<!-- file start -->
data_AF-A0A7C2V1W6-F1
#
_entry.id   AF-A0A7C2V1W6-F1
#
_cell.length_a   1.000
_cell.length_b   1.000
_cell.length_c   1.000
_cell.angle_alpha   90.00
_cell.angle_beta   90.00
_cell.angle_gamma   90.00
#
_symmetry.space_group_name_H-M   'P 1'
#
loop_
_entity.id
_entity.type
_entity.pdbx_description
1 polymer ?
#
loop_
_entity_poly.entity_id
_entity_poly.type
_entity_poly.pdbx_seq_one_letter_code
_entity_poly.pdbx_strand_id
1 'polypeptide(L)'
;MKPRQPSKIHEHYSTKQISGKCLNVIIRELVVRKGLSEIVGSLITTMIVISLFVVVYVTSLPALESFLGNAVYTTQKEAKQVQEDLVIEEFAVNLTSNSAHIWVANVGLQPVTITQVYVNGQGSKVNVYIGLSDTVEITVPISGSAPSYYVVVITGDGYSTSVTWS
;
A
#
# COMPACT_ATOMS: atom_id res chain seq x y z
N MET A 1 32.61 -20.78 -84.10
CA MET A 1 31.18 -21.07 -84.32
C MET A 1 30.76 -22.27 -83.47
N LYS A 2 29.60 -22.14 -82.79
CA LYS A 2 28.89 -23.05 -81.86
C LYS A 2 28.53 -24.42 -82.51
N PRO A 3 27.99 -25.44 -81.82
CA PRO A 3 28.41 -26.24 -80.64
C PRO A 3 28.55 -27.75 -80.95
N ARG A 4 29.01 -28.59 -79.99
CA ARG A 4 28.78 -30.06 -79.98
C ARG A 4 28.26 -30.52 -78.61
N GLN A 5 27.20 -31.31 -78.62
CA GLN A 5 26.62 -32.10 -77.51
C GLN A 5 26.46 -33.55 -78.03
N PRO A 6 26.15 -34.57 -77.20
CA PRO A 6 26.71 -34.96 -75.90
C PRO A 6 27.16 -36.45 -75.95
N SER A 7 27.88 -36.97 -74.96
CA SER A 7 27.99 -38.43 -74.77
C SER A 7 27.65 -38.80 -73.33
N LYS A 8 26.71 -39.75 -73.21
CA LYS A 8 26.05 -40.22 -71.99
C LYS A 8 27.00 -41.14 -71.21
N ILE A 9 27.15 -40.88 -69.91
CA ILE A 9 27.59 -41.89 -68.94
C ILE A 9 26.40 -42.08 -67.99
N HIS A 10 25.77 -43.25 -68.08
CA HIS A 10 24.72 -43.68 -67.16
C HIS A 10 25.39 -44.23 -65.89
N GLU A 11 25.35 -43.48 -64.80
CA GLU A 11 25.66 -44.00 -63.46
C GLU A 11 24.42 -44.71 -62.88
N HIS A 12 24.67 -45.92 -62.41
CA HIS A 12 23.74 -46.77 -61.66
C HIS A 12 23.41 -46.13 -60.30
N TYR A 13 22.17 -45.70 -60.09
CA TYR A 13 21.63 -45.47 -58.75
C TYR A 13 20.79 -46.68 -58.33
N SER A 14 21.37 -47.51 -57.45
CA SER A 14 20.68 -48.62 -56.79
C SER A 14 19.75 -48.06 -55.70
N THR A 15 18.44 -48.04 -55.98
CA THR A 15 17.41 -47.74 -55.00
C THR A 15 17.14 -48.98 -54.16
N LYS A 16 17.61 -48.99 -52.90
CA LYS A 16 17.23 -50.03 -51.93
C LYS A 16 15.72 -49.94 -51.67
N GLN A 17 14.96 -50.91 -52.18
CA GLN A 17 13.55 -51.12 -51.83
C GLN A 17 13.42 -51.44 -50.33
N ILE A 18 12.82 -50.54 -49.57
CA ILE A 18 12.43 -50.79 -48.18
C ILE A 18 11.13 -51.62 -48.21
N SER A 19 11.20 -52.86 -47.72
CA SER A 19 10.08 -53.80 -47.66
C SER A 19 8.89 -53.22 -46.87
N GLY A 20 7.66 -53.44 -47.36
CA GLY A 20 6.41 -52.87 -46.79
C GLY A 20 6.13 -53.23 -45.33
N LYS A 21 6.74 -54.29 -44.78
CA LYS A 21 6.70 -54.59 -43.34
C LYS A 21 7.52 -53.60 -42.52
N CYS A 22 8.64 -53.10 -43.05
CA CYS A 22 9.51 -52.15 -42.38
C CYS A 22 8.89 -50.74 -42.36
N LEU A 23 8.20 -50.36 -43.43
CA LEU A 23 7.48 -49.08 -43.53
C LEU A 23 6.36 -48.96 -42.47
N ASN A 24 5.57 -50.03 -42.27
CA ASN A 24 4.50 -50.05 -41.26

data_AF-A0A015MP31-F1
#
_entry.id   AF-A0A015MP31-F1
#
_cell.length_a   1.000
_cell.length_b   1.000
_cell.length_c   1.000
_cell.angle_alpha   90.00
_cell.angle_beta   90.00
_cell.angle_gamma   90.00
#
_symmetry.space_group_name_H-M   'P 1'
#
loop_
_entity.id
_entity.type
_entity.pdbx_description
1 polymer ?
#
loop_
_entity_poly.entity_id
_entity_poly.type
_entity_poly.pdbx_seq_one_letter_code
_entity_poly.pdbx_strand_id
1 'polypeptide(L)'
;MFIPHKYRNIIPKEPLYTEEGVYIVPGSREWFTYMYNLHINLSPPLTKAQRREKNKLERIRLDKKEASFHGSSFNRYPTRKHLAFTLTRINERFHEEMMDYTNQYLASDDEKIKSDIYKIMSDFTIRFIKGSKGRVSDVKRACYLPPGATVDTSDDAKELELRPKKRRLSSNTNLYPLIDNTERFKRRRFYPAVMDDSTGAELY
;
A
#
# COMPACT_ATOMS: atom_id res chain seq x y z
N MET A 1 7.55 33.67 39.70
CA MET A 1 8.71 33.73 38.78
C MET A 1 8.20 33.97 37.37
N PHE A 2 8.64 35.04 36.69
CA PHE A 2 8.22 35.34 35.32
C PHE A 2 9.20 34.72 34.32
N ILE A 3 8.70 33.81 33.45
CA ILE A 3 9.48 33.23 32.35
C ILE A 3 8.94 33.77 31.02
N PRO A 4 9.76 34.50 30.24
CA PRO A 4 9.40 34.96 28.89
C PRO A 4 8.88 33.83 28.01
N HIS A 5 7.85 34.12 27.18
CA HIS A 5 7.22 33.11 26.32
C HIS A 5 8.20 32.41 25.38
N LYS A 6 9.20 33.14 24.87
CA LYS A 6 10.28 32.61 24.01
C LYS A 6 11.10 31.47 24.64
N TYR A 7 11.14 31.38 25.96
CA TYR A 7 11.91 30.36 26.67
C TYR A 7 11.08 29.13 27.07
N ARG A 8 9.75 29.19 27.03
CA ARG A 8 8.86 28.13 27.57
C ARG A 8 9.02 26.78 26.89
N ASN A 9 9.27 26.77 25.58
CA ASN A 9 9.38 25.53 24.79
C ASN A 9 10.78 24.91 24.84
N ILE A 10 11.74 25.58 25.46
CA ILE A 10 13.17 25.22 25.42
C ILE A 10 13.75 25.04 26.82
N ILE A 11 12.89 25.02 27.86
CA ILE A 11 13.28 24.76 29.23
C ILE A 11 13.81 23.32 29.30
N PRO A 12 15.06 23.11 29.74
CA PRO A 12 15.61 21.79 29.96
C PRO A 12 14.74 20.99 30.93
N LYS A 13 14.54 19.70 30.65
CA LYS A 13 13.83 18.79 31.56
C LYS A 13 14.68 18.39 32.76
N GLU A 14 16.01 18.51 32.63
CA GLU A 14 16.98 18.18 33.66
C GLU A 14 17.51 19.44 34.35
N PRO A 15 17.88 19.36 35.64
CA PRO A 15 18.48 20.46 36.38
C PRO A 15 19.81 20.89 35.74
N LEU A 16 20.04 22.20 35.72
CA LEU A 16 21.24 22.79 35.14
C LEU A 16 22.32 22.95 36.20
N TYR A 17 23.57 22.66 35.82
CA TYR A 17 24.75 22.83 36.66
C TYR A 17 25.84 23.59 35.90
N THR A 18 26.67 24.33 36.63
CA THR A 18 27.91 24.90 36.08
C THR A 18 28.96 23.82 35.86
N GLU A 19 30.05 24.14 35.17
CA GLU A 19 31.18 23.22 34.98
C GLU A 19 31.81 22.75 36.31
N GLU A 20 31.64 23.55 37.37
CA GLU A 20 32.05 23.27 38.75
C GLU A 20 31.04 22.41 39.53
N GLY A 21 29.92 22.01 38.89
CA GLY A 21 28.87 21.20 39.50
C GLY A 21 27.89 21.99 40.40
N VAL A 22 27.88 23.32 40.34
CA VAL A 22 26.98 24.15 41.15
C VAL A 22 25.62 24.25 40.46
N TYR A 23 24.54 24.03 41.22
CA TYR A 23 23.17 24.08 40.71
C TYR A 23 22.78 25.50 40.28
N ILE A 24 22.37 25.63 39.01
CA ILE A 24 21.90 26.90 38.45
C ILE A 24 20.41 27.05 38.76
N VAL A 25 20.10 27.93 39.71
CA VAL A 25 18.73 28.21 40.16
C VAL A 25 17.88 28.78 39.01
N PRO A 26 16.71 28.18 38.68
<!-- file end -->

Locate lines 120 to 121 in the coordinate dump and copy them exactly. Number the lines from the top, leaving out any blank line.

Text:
#
loop_